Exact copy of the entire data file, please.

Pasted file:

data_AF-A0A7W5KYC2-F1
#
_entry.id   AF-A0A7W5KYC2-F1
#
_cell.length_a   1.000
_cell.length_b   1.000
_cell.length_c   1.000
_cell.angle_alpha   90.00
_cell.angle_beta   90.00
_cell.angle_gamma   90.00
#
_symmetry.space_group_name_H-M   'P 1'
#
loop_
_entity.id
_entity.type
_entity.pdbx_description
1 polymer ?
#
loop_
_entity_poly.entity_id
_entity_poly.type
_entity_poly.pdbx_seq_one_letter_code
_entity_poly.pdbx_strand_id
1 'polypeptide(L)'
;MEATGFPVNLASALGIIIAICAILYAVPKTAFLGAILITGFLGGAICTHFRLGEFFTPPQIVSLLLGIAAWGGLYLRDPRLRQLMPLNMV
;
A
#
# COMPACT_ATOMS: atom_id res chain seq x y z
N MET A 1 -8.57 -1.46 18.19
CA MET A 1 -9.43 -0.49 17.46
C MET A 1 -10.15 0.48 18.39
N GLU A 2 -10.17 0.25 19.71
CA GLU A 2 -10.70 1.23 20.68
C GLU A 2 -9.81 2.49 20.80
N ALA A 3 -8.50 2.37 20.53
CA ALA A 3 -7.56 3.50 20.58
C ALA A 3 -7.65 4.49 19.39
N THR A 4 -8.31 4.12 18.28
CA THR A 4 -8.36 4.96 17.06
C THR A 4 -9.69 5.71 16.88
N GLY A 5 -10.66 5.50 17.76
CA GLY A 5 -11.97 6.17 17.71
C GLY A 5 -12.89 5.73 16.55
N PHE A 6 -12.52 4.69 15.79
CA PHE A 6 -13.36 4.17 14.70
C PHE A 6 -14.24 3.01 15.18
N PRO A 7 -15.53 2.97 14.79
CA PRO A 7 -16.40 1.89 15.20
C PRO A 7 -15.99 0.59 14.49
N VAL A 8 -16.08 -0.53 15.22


data_AF-A0A7W5KYC2-F1
#
_entry.id   AF-A0A7W5KYC2-F1
#
_cell.length_a   1.000
_cell.length_b   1.000
_cell.length_c   1.000
_cell.angle_alpha   90.00
_cell.angle_beta   90.00
_cell.angle_gamma   90.00
#
_symmetry.space_group_name_H-M   'P 1'
#
loop_
_entity.id
_entity.type
_entity.pdbx_description
1 polymer ?
#
loop_
_entity_poly.entity_id
_entity_poly.type
_entity_poly.pdbx_seq_one_letter_code
_entity_poly.pdbx_strand_id
1 'polypeptide(L)'
;MEATGFPVNLASALGIIIAICAILYAVPKTAFLGAILITGFLGGAICTHFRLGEFFTPPQIVSLLLGIAAWGGLYLRDPRLRQLMPLNMV
;
A
#
# COMPACT_ATOMS: atom_id res chain seq x y z
N MET A 1 -8.57 -1.46 18.19
CA MET A 1 -9.43 -0.49 17.46
C MET A 1 -10.15 0.48 18.39
N GLU A 2 -10.17 0.25 19.71
CA GLU A 2 -10.70 1.23 20.68
C GLU A 2 -9.81 2.49 20.80
N ALA A 3 -8.50 2.37 20.53
CA ALA A 3 -7.56 3.50 20.58
C ALA A 3 -7.65 4.49 19.39
N THR A 4 -8.31 4.12 18.28
CA THR A 4 -8.36 4.96 17.06
C THR A 4 -9.69 5.71 16.88
N GLY A 5 -10.66 5.50 17.76
CA GLY A 5 -11.97 6.17 17.71
C GLY A 5 -12.89 5.73 16.55
N PHE A 6 -12.52 4.69 15.79
CA PHE A 6 -13.36 4.17 14.70
C PHE A 6 -14.24 3.01 15.18
N PRO A 7 -15.53 2.97 14.79
CA PRO A 7 -16.40 1.89 15.20
C PRO A 7 -15.99 0.59 14.49
N VAL A 8 -16.08 -0.53 15.22